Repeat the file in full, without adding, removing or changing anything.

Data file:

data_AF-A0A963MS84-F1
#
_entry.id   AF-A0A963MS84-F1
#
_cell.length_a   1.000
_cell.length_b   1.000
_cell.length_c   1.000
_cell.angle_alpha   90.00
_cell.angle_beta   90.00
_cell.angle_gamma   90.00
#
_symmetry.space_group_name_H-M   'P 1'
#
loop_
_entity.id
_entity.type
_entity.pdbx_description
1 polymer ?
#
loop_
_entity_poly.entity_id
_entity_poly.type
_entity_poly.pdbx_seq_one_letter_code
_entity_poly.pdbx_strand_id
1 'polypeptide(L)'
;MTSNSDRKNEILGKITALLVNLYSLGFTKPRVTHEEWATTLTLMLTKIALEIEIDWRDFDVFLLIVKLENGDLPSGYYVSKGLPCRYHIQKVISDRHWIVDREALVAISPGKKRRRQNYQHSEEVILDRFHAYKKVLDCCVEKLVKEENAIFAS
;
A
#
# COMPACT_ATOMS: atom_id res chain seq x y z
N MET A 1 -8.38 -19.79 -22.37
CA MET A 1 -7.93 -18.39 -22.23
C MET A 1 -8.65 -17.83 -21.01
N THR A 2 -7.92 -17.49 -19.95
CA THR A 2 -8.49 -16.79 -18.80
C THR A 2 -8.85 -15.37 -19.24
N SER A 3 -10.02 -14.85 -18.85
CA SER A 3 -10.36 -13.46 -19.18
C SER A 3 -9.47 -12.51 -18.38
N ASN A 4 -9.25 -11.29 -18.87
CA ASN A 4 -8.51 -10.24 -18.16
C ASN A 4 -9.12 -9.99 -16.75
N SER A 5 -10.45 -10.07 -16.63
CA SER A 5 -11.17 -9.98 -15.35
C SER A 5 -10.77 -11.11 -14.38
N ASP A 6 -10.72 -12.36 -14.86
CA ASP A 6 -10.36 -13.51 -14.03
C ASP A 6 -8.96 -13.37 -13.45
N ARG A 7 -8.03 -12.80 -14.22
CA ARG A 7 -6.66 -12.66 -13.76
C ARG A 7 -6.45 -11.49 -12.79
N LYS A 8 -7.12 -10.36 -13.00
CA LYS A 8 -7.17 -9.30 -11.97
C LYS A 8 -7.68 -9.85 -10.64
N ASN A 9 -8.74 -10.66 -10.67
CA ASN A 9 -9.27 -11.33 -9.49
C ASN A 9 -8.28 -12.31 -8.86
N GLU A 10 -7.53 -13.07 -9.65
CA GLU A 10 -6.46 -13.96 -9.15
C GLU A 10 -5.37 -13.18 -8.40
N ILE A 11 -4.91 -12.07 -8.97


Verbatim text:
data_AF-A0A963MS84-F1
#
_entry.id   AF-A0A963MS84-F1
#
_cell.length_a   1.000
_cell.length_b   1.000
_cell.length_c   1.000
_cell.angle_alpha   90.00
_cell.angle_beta   90.00
_cell.angle_gamma   90.00
#
_symmetry.space_group_name_H-M   'P 1'
#
loop_
_entity.id
_entity.type
_entity.pdbx_description
1 polymer ?
#
loop_
_entity_poly.entity_id
_entity_poly.type
_entity_poly.pdbx_seq_one_letter_code
_entity_poly.pdbx_strand_id
1 'polypeptide(L)'
;MTSNSDRKNEILGKITALLVNLYSLGFTKPRVTHEEWATTLTLMLTKIALEIEIDWRDFDVFLLIVKLENGDLPSGYYVSKGLPCRYHIQKVISDRHWIVDREALVAISPGKKRRRQNYQHSEEVILDRFHAYKKVLDCCVEKLVKEENAIFAS
;
A
#
# COMPACT_ATOMS: atom_id res chain seq x y z
N MET A 1 -8.38 -19.79 -22.37
CA MET A 1 -7.93 -18.39 -22.23
C MET A 1 -8.65 -17.83 -21.01
N THR A 2 -7.92 -17.49 -19.95
CA THR A 2 -8.49 -16.79 -18.80
C THR A 2 -8.85 -15.37 -19.24
N SER A 3 -10.02 -14.85 -18.85
CA SER A 3 -10.36 -13.46 -19.18
C SER A 3 -9.47 -12.51 -18.38
N ASN A 4 -9.25 -11.29 -18.87
CA ASN A 4 -8.51 -10.24 -18.16
C ASN A 4 -9.12 -9.99 -16.75
N SER A 5 -10.45 -10.07 -16.63
CA SER A 5 -11.17 -9.98 -15.35
C SER A 5 -10.77 -11.11 -14.38
N ASP A 6 -10.72 -12.36 -14.86
CA ASP A 6 -10.36 -13.51 -14.03
C ASP A 6 -8.96 -13.37 -13.45
N ARG A 7 -8.03 -12.80 -14.22
CA ARG A 7 -6.66 -12.66 -13.76
C ARG A 7 -6.45 -11.49 -12.79
N LYS A 8 -7.12 -10.36 -13.00
CA LYS A 8 -7.17 -9.30 -11.97
C LYS A 8 -7.68 -9.85 -10.64
N ASN A 9 -8.74 -10.66 -10.67
CA ASN A 9 -9.27 -11.33 -9.49
C ASN A 9 -8.28 -12.31 -8.86
N GLU A 10 -7.53 -13.07 -9.65
CA GLU A 10 -6.46 -13.96 -9.15
C GLU A 10 -5.37 -13.18 -8.40
N ILE A 11 -4.91 -12.07 -8.97